Lesson Plan #1
This lesson provides students, grade 6 to 10, with experience in working with historical maps as aides to interpreting history. Students begin by
examining three maps-- a 17th century chart of the Chesapeake Bay, and an 18th and 19th century map of Maryland. Students will study these maps in order to discover how people of those
earlier times understood the region in which they lived and how they interacted with it. Finally students will use a current road map of Maryland to investigate how maps of today are
different from those of the past.
1. To examine historical maps of the Choptank River during different historical times;
2. To trace the evolving knowledge of the Choptank River region as recorded in maps over time;
3. To investigate how cultural assumptions influenced the process of mapping this region;
4. To discover what present day maps can tell us about the region and how they differ from maps of the past.
1. Provide each student with a copy of the maps to be used in this lesson as well as a Map Analysis Worksheet. Discuss with students how they can use the worksheet to discover various kinds of information on a historical map, including facts about the map itself (date, creator, purpose, etc.) and facts about the past. Explain that in this lesson, students will use the Worksheet to examine a variety of historical maps, first comparing the earliest map of the Chesapeake Bay up to the present -- with maps about a hundred years apart.
(Note: Segments of the study maps are shown below. Full-size printed copies of the maps may be obtained through the Maryland Historical Society by contacting the Old Harford Town Maritime Center staff at 410-241-8661.
2. Divide the class into three study groups and have each group use the Map Analysis Worksheet to prepare a class report on the significance of one of the following historical maps:
- John Smith (1608) map of the Chesapeake Bay. John Smith was among the colonists who landed at Jamestown in
1607. He conducted a survey of the Chesapeake Bay in 1608, the results forming the first known map of the Chesapeake Bay. This map contains the first detailed delineation of
the area that was to become known as “Maryland.” The original map is very rare; but nine major derivatives of this map were made. The map shown here is the Willem Blaeu
1630 derivative of the Smith map.
- Dennis Griffith (1795) “Map of the State of Maryland, 1794." Griffith’s map
is considered the finest eighteenth-century map of Maryland. It contains many topographical details as well as describes the situation of cities,
towns, villages, houses of worship and other public buildings as well as furnaces, forges and mills. It was an achievement for its time and is considered the first official state map.
- O.W. Gray & Son (1876) “Gray’s New Map of Maryland.” This atlas map
was one of the most widely published maps of Maryland during the second half of the 19th century.
- (Additional information on these maps can be obtained from the Maryland State Archives map collection web site, but the depiction of the maps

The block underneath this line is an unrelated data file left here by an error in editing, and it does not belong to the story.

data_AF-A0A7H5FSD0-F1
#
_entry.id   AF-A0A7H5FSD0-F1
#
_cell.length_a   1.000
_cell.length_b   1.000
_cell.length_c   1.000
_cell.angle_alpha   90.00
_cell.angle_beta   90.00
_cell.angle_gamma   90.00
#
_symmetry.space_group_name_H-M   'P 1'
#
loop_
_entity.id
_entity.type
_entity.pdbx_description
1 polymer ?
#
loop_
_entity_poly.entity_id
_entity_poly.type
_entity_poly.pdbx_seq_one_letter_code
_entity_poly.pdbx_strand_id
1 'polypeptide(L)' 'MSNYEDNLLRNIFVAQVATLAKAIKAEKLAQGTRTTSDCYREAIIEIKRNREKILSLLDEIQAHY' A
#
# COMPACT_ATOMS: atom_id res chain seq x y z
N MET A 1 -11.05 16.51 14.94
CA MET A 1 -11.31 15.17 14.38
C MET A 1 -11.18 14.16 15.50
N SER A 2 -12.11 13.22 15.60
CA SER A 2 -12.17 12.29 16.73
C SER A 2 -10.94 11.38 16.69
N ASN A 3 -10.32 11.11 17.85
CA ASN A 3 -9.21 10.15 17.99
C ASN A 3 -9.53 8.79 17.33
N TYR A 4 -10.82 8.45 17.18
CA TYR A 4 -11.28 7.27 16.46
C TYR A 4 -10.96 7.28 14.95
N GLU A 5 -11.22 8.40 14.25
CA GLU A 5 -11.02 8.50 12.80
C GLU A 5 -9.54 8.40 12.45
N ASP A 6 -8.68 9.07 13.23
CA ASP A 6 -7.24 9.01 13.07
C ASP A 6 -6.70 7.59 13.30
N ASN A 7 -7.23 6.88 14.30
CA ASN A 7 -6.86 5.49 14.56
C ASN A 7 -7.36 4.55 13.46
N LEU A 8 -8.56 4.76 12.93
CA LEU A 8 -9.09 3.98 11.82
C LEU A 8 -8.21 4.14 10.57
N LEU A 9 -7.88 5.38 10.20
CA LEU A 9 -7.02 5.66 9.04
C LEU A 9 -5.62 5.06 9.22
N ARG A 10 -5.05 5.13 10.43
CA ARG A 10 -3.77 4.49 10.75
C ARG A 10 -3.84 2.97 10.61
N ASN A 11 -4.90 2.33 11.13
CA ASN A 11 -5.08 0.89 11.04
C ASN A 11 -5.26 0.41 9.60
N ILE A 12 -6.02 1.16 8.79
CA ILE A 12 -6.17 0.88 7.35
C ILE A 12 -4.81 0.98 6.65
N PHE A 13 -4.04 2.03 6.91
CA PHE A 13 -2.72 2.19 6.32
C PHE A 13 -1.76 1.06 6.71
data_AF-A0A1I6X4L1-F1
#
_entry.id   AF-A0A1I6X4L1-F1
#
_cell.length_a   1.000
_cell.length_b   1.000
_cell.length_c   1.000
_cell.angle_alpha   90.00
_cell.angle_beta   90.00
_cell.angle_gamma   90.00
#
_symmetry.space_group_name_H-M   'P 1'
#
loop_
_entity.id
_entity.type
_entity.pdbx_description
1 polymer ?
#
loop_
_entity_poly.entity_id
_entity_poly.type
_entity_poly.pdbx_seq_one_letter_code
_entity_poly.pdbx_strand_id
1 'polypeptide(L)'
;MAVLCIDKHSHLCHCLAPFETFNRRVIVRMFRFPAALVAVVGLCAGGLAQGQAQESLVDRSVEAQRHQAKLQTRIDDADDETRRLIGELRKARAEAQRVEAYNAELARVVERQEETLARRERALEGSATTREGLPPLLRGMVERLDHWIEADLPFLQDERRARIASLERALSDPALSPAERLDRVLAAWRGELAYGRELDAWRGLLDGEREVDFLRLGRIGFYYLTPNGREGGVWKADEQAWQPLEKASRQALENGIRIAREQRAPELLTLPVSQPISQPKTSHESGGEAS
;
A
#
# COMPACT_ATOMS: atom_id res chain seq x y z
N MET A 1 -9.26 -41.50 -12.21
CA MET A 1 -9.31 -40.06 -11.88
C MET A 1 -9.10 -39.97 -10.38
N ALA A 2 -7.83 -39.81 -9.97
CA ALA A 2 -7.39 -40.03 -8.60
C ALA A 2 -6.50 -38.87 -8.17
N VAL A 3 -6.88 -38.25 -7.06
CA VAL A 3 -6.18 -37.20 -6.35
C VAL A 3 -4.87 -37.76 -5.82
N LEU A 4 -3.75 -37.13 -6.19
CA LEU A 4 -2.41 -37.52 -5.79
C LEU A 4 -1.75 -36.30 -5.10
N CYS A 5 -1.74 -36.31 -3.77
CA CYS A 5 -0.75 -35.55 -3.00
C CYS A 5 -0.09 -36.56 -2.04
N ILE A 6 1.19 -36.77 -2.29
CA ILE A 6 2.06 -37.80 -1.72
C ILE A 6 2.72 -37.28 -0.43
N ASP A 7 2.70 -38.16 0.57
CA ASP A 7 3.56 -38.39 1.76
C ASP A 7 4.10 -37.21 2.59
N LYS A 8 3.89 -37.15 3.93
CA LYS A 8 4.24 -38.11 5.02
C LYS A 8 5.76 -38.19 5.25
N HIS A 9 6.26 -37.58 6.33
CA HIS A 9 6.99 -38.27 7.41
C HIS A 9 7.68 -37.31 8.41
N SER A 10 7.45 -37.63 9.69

themselves is not currently available.)
3. Have each group display and report on its map, summarizing the findings
recorded on their “Map Analysis Worksheet.” As students present their reports, call attention to the following points:
LEARNING CONCEPTS: MAP CONTRASTS AND COMPARISONS
Orientation: The Smith map is oriented toward the West, which appears at
the top; those from the 18th and 19th century are oriented toward the North. How does this reflect a difference in the way people oriented maps? Why are
maps today oriented toward the north? Are all maps today oriented toward the north? [Hint - Some maps are oriented to best fit a space; others such as
maps of the Antarctic have no uniform north orientation. Can you find the Choptank River on the Smith map? [Hint - Due to the islands on the Eastern
Shore of the Chesapeake Bay, Smith never noticed that a great river lay further to the east].
Landmarks: The Smith map highlight rivers, hilly topography and location of
Native-American villages. The 18th century map highlights political county boundaries, city and town locations as well as road locations. The 19th century
map shows the same highlights as the 18th century but also shows county political voting districts, railroad lines, and other details. Discuss this transition
from a simple map showing the outline of land and water to a more accurate and complicated map reflecting political boundaries and permanent establishments such as cities and towns.
Organization: The Smith map shows no political boundaries, as the colony of
Virginia was the only political entity at the time. At the time of Smith’s map there was no universal concept of keeping north at the top of a map. The
maps from the 18th and 19th century reflect the universal concept of north at the top of the map. Over time these maps have become more detailed with
information on city and town location, as well as information about roads, bridges, and railroad lines.
Conclude the lesson by having students individually collect different kinds of
present-day maps of Maryland and the Eastern Shore. (Maryland roads maps are a good example, but other examples include state and county road maps,
satellite-image maps, political maps, and topographic maps). Let the class choose several examples from this collection for study using the Map Analysis Worksheet to find out what their maps might reveal about their region and how
it has changed since the 17th century Smith map, and 18th and 19th century maps. Summarize these changes. Speculate on how a map in the 21st century
might appear. What might it show that does not appear on present-day maps?
EXTENDING THE LESSON
Historical maps can open an exciting chapter in the history of an area. The
concepts taught here are interconnected with those of the lesson plan on comparing photographs of steamboats on the Choptank.